DALLAS (AP) — A winter storm blamed for at least 11 fatal accidents in the West, Texas and Arkansas threatens to dampen the Thanksgiving holiday for millions of Americans traveling this week.
Nearly 300 American Airlines and American Eagle flights were canceled in and out of Dallas-Fort Worth International Airport on Monday due to the weather, spokeswoman Laura Masvidal said, mirroring disruptions at the air hub a day earlier. Some of the country's busiest airports — New York, Washington D.C., Philadelphia, Boston and Charlotte, N.C. — could see big delays.
Icy roads led to hundreds of accidents and at least 11 deaths, half of them in Texas. On Monday, the storm brought a mix of snow, sleet and freezing rain to parts of Arkansas, Oklahoma, Missouri, southern Kansas and Texas. But as the storm continues east, there are fears of heavy rain along the busy Interstate 95 corridor and sleet, freezing rain and snow away from the coast and at higher elevations.
Tom Kines, a meteorologist with AccuWeather, said it will be "primarily a rain event" for the East Coast, with up to three inches of rain dousing travelers.
"The further inland you get — especially as you get into that higher terrain — you are going to deal with frozen precipitation," Kines said. Snow could fall in western Pennsylvania and the interior of New England. Up to 9 inches could blanket northern parts of West Virginia, where the National Weather Service issued a winter storm warning from Tuesday morning through Wednesday afternoon.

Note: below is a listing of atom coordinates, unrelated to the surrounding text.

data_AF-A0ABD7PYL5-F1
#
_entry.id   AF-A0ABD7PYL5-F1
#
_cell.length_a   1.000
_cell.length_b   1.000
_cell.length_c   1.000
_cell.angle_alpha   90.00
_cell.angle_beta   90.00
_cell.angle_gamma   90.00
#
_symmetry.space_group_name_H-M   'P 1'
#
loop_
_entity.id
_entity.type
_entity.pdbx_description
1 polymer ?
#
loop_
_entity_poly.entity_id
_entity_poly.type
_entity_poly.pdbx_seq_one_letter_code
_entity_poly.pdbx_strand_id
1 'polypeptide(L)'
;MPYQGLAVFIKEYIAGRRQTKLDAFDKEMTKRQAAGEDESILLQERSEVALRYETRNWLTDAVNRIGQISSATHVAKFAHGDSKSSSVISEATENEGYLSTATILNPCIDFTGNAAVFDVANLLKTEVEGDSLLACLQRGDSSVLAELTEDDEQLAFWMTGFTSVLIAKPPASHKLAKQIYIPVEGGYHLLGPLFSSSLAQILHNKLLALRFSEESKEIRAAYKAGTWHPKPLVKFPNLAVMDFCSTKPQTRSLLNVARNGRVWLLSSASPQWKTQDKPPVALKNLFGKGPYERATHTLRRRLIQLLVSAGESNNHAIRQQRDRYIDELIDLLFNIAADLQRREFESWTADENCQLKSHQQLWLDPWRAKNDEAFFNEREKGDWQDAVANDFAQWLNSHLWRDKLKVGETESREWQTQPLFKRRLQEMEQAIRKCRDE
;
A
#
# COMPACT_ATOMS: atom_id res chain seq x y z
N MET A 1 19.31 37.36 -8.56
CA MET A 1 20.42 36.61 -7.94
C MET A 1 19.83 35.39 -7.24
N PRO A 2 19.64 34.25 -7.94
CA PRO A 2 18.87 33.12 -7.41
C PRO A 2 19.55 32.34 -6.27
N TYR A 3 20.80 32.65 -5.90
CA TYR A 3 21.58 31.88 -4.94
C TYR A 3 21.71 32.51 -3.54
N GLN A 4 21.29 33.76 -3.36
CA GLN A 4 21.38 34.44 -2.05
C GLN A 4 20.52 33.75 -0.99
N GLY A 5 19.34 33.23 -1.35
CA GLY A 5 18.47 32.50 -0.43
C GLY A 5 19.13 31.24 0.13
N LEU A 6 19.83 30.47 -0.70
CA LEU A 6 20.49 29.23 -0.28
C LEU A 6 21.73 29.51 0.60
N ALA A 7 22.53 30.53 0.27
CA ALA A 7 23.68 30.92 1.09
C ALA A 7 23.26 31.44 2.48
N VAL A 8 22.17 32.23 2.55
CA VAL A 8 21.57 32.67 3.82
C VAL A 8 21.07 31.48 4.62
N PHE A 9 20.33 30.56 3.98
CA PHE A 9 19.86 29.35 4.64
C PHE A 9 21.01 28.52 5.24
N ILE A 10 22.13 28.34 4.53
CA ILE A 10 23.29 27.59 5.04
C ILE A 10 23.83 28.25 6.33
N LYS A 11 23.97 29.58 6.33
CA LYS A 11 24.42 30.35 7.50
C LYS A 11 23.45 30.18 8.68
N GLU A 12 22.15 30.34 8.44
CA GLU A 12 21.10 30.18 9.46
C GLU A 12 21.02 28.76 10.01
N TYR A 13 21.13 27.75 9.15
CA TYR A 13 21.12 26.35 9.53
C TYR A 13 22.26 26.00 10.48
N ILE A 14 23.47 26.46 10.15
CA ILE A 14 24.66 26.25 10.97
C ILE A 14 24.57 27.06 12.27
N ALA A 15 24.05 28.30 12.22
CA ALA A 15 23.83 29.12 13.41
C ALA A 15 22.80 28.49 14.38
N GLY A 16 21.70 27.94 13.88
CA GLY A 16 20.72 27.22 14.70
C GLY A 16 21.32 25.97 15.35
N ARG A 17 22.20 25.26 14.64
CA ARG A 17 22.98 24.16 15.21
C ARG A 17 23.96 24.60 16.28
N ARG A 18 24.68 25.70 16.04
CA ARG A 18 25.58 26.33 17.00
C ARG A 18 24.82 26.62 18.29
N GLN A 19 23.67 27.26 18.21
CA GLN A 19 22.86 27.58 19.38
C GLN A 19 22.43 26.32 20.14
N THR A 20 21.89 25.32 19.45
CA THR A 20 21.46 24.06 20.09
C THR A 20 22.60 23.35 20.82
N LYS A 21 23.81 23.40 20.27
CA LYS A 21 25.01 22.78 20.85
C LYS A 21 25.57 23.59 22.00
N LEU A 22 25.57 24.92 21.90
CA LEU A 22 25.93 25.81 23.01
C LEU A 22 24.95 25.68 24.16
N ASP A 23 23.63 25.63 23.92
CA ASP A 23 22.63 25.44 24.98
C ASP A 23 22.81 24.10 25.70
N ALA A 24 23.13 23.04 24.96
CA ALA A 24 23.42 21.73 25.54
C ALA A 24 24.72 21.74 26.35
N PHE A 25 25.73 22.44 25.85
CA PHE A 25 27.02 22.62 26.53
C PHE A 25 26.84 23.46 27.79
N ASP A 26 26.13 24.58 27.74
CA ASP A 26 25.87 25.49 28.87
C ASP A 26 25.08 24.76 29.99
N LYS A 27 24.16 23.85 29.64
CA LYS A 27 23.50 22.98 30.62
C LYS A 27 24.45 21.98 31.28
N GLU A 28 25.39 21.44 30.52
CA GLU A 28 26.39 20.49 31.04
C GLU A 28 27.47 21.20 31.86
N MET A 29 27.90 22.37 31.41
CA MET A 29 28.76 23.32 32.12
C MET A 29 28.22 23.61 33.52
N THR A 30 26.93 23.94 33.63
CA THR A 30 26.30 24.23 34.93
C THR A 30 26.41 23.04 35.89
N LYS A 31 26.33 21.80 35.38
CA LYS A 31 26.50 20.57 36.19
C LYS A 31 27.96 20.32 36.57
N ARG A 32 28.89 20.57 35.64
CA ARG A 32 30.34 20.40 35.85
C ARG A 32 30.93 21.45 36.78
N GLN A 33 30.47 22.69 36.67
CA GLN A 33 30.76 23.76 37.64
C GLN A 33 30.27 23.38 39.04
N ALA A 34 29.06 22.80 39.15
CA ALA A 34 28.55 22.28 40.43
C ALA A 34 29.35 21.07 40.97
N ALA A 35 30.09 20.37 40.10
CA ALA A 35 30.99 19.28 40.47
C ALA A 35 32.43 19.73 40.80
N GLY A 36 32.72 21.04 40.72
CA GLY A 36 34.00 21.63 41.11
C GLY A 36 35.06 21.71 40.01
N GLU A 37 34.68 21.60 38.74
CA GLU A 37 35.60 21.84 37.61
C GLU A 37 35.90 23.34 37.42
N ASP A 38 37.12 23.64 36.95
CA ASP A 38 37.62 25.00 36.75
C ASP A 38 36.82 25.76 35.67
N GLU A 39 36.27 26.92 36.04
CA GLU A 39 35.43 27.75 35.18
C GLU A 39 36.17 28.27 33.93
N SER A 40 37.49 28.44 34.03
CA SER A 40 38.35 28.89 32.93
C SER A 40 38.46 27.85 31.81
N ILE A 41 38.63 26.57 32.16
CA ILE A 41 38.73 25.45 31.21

Jeff Smidt is traveling Wednesday from his home in Toronto to visit his family in Andover, Mass., just outside Boston.
"My understanding is that I'm traveling at like the worst time ever," he said.
Smidt tried to get on an earlier flight but JetBlue told him it isn't waiving any change fees yet.
"I'm just hoping I also don't become a statistic during the holiday weekend," he said. "Worst comes to worst, it will be an eight-hour trek down Interstate 90."
Ninety percent of travelers this week will drive, according to AAA, and an estimated 38.9 million people — 1.6 percent fewer than last year — are expected to drive 50 miles or more from their home.
Gas is about 15 cents cheaper than last year, AAA said Monday, with a gallon of regular selling for $3.28.